Good-Bye, Mr. Blib

Good-Bye, Mr. Blib

From Chicken Soup for the College Soul

Good-Bye, Mr. Blib

Mr. Blib is graduating from high school next week.

Mr. Blib is my boy. The school thinks he’s ready to go away to college. He and the other members of his class also think they’re ready to leave home.

But I’m here to say he’s not the least bit ready.

I have taught my boy many things in eighteen years. He knows to put the knife on the right, blade in. He knows I will eventually find out what long-distance phone calls he’s made because they get listed on the bill. He knows not to lie.

But as the weeks tick by before he leaves for college, it’s the things I haven’t yet taught him that plague me.

I don’t think, for example, that he fully understands about checking accounts. I think he believes there’s a check heaven, and that no one will ever be the wiser if he overdraws his account.

I’m afraid he won’t keep track of the oil in his car or make sure there’s air in the spare.

He still doesn’t know how to line up his pant seams properly on the rare occasions that he hangs them up.

He has no instinct for shopping. When he runs out of shaving cream at school, I’m not sure it will occur to him to go buy more. Instead, I think he’ll call me collect and ask me to put it on the list.

He still puts metal in the microwave once in a while, and he’s never in his life managed to unwad a pair of socks before putting them in the hamper.

I also haven’t taught him about the motor vehicle department. How can he possibly go away to college when he doesn’t even know enough to fill out the correct forms before standing in line?

He’s just not ready. No way.

On the other hand, I’m ready for him to leave. Jeez, I doubt I’ll hardly miss him once he’s gone.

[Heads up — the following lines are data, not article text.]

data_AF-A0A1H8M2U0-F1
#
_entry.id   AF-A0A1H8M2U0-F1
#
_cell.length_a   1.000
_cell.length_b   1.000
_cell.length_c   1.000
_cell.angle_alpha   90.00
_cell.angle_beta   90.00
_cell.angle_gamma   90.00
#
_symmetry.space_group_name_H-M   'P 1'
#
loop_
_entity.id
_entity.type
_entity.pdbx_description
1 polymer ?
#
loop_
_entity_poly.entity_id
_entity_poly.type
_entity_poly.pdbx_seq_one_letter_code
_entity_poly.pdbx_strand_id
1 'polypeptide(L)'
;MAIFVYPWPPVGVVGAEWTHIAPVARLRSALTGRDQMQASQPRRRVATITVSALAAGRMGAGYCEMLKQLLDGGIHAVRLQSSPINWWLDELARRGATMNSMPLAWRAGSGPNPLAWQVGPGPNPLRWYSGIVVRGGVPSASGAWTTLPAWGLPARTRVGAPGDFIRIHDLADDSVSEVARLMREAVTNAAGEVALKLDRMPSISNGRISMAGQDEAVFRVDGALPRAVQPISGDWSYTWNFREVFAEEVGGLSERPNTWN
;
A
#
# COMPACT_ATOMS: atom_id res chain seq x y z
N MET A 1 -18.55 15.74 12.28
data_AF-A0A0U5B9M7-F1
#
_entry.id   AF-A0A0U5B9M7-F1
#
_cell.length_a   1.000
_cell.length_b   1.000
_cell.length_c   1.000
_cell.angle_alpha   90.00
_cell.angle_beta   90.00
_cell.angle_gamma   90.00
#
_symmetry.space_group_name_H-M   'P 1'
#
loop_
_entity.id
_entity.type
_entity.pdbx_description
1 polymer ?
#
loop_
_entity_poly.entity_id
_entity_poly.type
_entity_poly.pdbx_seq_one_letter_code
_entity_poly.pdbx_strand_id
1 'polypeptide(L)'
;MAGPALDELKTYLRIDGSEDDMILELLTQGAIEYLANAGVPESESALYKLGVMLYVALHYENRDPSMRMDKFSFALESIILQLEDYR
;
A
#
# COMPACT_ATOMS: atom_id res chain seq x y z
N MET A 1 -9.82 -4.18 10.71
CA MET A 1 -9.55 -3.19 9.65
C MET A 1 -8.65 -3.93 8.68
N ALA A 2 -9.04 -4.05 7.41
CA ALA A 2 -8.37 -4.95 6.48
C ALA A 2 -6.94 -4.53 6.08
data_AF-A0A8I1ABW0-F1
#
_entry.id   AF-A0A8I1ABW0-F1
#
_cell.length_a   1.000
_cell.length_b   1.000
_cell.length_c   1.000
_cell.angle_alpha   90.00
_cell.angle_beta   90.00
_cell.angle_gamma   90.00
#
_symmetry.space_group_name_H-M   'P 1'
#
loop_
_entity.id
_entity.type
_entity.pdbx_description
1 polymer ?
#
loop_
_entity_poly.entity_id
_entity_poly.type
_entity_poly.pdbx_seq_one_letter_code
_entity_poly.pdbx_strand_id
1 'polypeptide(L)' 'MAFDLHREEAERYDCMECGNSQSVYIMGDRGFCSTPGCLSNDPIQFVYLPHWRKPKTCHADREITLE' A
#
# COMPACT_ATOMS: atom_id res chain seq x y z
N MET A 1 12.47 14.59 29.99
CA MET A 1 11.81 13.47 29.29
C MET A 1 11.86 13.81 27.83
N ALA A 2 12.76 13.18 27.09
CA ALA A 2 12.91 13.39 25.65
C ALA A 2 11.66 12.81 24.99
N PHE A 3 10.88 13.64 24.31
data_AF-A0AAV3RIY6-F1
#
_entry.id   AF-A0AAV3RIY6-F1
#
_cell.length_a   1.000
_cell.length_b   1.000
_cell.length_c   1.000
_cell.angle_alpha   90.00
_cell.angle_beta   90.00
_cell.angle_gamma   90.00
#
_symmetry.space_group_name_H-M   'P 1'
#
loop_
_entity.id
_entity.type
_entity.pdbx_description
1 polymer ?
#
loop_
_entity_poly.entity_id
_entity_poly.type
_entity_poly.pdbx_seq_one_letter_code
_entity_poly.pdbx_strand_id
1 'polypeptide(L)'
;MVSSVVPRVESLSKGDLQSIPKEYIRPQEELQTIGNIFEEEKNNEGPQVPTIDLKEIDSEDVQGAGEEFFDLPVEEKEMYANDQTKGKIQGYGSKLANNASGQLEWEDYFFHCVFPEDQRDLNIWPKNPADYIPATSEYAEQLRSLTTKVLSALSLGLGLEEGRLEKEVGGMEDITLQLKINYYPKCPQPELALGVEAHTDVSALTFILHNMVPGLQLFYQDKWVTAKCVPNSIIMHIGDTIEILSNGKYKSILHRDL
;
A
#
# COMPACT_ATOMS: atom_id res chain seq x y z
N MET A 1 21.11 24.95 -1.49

I’m sure not going to miss the fact that he uses up all the hot water in the house. I haven’t had a hot shower since he was five and started taking charge of his own hygiene.

I’m sure not going to miss his crisis-management style of living, either. Everything is an emergency in that boy’s life, whether it’s a missing tape cassette or hunger.

I won’t miss his counsel about the mistakes I make raising his younger brother. In fact, he still dwells on the mistake I made in having his younger brother, and I’m tired of hearing it.

I won’t miss his stubbornness, either. Once, when he was four years old, we made a deal—he would stop sucking his thumb and I would stop smoking. He quit sucking his thumb on the spot and never put it in his mouth again. I still smoke.

What kind of person is that to have around the house? Who would miss such a stubborn, strong-willed boy? He’s like this about everything.

And noisy! I’m sure not going to miss how noisy he is. He’s always laughing too loud. He’s so ready to see the humor in something, he even laughs when I tell a story that makes him look the fool.

Like the Mr. Blib story. I call him Mr. Blib because he once told me he was blib.

“You know Mom, I’m pretty blib,” he told me.

“Blib?” I said. “What’s blib?”

“You know—good with words,” he said glibly.

Now who could miss such a blib boy? A boy who laughs at himself when I tell this story?

I’m sure not going to miss talking to him at the dinner table or having a late-night snack with him when he comes home from a date. And skiing with him—why would I miss that? He goes too fast, anyhow.

And I sure won’t miss him relying on me for advice. What’s the big deal? Who cares if he starts making all his own decisions and doesn’t need me anymore?

Look, I’m ready for this, no problem.

It’s just him. He’s the one I’m worried about.

Beth Mullally

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